HMP North Sea Camp, HMIP Inspections

The prison was last inspected in July 2014 At the last inspection the report summary said:

“HMP North Sea Camp is an open prison near Boston in Lincolnshire. The prison holds a complex population of about 400 men, most of whom are coming to the end of long sentences. At the time of the inspection, 60% were serving indeterminate sentences, almost half were assessed as posing a high risk of harm and almost half were sex offenders. Nearly all were subject to multi-agency public protection arrangements (MAPPA). The important task of the prison was to test these men’s readiness for release and to prepare them for it.

A vital tool for the prison’s work should have been the use of release on temporary licence (ROTL) which, when properly managed, provides a means to carefully test a prisoner as they gradually experience work, rehabilitation services, the wider community and family relationships outside the prison. We know that ROTL assists the rehabilitation process and the failure rates nationally are very low – in 2012–13 less than 1% of all releases on temporary licence were recorded as failures and the proportion of failures that led to an arrestable offence were 6.7%, or less than seven in every 100,000 releases. However, in the summer of 2013 there were a series of catastrophic ROTL failures when serious offences were committed. The Justice Secretary asked me to review the circumstances of three of those cases. I submitted my report to him in January 2014 and that report will be published once the criminal trials of the men involved have been concluded. However, it was clear that the process had become slack, ROTL had come to be seen as an automatic entitlement rather than a carefully controlled privilege and there were insufficient appropriately trained and supervised staff in the prisons concerned to safely manage a population that was becoming more complex.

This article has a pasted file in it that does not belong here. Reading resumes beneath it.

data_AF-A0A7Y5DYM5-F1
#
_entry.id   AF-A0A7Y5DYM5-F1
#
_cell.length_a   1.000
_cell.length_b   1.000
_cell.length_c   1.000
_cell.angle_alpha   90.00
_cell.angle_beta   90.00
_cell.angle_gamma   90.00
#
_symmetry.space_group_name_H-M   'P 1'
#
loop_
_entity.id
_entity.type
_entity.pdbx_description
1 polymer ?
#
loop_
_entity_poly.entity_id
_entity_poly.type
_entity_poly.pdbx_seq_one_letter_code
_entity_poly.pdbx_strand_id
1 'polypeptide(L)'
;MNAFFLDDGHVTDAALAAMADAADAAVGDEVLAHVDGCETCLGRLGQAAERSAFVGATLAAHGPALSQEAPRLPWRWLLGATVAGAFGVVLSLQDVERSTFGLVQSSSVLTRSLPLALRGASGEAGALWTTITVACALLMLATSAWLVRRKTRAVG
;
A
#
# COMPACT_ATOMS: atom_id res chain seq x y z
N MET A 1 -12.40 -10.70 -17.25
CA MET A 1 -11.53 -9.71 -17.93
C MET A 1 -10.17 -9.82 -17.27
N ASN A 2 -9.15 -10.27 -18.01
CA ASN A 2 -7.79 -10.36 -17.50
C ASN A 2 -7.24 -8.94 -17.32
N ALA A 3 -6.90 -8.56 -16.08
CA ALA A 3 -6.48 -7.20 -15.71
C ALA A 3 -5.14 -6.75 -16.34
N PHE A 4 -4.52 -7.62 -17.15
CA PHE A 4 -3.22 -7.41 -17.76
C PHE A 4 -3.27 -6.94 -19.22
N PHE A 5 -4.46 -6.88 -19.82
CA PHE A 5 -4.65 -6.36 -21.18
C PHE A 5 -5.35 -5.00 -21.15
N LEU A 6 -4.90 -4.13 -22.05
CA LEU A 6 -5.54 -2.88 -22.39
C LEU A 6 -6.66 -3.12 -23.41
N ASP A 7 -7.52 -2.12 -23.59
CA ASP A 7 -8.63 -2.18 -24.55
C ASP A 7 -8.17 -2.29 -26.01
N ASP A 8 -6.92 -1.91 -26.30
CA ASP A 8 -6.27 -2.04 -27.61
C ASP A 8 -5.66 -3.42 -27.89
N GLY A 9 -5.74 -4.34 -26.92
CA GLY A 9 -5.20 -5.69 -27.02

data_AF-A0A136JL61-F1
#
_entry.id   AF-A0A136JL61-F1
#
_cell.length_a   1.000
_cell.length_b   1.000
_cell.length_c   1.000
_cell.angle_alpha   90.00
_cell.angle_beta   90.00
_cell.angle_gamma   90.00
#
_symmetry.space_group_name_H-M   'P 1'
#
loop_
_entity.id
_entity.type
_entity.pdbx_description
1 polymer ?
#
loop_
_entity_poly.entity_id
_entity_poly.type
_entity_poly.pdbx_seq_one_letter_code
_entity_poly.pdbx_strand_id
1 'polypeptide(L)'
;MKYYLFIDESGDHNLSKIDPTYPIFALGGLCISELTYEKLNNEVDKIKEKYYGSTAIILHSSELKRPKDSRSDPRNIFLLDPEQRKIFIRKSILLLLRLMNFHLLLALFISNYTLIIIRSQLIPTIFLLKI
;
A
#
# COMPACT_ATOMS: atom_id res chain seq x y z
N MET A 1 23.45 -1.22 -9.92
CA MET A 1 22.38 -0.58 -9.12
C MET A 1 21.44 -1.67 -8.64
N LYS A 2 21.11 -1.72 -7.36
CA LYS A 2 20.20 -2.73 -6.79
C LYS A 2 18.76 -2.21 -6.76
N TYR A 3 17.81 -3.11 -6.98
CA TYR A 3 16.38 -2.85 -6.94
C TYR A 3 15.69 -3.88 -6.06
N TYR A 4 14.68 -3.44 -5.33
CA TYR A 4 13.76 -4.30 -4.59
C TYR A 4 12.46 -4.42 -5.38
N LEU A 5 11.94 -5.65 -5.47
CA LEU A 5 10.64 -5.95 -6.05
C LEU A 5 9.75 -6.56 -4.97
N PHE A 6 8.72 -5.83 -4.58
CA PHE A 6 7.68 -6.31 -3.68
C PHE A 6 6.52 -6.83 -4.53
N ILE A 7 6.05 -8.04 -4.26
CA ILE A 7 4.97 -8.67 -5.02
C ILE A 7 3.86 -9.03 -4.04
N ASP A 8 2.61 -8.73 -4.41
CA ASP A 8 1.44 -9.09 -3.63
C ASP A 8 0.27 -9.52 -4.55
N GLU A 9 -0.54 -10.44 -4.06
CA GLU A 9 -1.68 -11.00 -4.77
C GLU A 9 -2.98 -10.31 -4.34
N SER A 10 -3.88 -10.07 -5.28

As the number of prisoners serving indeterminate sentences for public protection and who were reaching the end of their tariffs grew, so did the number of prisoners who became eligible for ROTL. The Justice Secretary quickly accepted all my recommendations and has instigated further changes; as a result we have already begun to see ROTL processes improve nationally.